Tuesday 29 November 2011 at 8.30 pm
Organist of the Cathedral of Angers, Henri-Franck BEAUPÉRIN is one of the last pupils of Gaston Litaize. Invited to the biggest organ festivals in Europe, he has a predilection for improvisation, transcription but also the exploration of contemporary music. From Tournemire to Florentz, he will honour some of the most emblematic composers of organ literature in France in the twentieth century.
– Charles Tournemire (1870-1939)
– Jean-Louis Florentz (1947-2004)
The ring of Solomon
– Olivier Messiaen (1908-1992)
The celestial banquet
– Maurice Duruflé (1902-1986)
– SuiteOp. 5 Prelude, Sicilian, Toccata
Henri-Franck BEAUPÉRIN was one of the last disciples of Gaston Litaize before obtaining at the Conservatoire de Paris the first prizes of organ and improvisation in the classes of Michel Chapuis, Olivier Latry and Loïc Mallié. He was awarded at various international competitions in Tokyo, Budapest or Lahti (Finland), as well as at the first international competition in Paris (1995), where the Grand Prix d'interpretation and the award of interpretation of the work imposed ("praise" of Jean Guillou) are awarded unanimously by the jury. In 2001, he was awarded the Fondation de France – Charles Oulmont prize.
Holder of the large organs of the Cathedral of Angers, he is pedagogical Director of the Academy of improvisation at the organ of the pays de la Loire and carries out an important activity of promotion and enrichment of the organistic heritage of this region, where several instruments have been restored or rebuilt according to its advice.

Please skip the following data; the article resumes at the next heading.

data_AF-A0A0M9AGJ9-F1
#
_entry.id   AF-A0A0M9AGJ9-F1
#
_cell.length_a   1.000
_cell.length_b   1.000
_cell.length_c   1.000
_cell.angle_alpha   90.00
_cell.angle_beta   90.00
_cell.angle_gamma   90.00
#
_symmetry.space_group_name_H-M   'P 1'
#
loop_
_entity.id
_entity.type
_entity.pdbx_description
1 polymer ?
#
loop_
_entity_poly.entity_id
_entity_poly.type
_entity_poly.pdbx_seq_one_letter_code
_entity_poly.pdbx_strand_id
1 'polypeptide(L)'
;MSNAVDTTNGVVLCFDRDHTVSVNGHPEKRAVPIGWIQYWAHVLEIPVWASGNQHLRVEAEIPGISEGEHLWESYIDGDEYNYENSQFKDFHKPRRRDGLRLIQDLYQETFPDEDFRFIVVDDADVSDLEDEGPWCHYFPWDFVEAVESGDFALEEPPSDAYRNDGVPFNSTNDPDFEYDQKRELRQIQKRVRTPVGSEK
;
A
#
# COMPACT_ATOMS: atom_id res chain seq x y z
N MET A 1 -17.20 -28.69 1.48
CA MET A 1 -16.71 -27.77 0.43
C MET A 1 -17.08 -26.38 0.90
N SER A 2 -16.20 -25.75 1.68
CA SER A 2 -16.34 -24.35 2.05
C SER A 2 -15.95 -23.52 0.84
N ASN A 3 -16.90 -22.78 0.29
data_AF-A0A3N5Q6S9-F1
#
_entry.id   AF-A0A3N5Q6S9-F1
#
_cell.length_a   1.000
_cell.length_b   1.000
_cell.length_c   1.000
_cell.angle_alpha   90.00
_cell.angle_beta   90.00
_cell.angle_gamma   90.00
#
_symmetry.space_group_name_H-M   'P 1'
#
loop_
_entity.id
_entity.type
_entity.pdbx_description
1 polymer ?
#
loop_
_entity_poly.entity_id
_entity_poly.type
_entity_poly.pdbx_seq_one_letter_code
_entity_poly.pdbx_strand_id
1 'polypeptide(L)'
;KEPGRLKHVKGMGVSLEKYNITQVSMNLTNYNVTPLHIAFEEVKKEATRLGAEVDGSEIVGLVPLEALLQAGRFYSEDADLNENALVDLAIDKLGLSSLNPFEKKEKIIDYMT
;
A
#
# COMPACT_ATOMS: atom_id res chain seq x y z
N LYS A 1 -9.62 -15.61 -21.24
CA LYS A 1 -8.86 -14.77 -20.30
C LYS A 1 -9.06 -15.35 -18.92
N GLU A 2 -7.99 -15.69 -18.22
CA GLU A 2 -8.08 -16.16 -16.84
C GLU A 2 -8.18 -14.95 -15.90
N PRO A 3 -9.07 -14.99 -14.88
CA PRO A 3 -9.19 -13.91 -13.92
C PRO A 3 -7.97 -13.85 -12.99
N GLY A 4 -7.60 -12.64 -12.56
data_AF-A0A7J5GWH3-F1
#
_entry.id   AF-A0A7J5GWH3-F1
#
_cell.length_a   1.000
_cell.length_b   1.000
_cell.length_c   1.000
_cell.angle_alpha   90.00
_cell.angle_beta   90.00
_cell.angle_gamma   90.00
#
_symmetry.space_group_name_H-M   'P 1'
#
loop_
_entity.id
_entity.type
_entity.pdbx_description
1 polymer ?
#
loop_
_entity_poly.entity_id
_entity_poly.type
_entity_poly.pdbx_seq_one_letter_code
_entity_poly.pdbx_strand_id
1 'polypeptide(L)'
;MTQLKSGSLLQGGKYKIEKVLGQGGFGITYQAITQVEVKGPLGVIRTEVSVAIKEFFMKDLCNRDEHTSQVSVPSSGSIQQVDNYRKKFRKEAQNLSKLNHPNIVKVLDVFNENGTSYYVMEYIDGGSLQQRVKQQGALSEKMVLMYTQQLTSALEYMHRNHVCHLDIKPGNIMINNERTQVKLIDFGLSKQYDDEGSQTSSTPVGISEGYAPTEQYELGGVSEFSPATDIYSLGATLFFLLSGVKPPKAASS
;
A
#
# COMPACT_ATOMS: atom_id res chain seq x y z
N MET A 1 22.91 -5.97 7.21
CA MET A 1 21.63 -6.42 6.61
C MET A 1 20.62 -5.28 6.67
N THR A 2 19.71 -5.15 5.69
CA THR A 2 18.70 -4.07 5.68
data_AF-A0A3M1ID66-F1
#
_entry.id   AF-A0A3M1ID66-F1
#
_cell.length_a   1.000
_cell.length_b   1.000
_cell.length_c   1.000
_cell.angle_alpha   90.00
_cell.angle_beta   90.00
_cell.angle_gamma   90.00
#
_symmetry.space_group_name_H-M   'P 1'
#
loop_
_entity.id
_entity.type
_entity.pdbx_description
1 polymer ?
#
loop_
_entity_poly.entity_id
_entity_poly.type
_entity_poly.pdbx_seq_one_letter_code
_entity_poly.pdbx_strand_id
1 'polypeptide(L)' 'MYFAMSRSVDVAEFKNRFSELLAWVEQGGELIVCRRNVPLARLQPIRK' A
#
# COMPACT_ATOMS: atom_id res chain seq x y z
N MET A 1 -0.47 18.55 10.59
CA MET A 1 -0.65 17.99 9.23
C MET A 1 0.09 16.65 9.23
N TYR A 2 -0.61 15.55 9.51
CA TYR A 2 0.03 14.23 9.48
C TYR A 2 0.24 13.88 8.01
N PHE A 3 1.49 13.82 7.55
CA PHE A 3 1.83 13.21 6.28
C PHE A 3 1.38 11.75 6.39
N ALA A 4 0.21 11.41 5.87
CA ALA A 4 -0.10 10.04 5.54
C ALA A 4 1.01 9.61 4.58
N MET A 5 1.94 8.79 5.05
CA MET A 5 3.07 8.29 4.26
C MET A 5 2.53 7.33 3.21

He is invited to many international festivals as an interpreter, improver or pedagogue, both in Europe and in America and Asia: sacred art festival of Paris (creation of the first organ Concerto by Thierry Escaich with the Ensemble Orchestral de Paris under the direction of Jean-Jacques Kantorow), Festival d'Art Sacré d'Angers (creation of the choreographic oratorio "la passion de Becket" by Régis Obadia, music by Thierry Escaich), Paris (Notre-Dame, la Madeleine, St-Eustache...), Chartres, St-Maximin , St-Bertrand-de-Comminges, "Océane Nocturnes" by Luzon, Festival des Orgues de L'aisne, "Toulouse-Les-Orgues", Festival d'Avignon, Monaco, Internationale Orgelakademie d'Altenberg, Bruxelles, Antwerp, Luxembourg, Haarlem, Amsterdam, Tokyo, Montreal ...
His discography, which testifies to his predilection for the art of improvisation and transcription, has been praised by international critics. After having made the first complete recording, he made the first edition of the organ work of Raphaël Fumet (Éditions Delatour). He is also the author of several organ transcriptions, including the symphonic poem "the ring of Solomon" by Jean-Louis Florentz.
The great organ of Notre-Dame de Paris
There were undoubtedly organs at Notre-Dame Paris from its construction in the 12Th century but Léonin , composer of Organa, founder of the Ecole Notre-Dame and qualified as Optimus organista, then Perotin the great (1160-1220), probably knew only of the small instruments in the choir. As a great organ is probably built in Notre Dame in the the 13Th century. In 1330 the accounts of the Cathedral mention the payment of stamps to an organist. A few years later appears the name of Jean de Bruges, organist and perhaps also organ factor. The instrument is then suspended in "swallow's nest" under a high window of the nave : this is a still modest 6-foot organ with a single keyboard with 4-6 pipes per note. In 1401 one decides to construct a new organ on the stone grandstand above the large West Gate. Since that date, 50 organists have succeeded in the keyboards of the great organ suspended under the sunset rosette.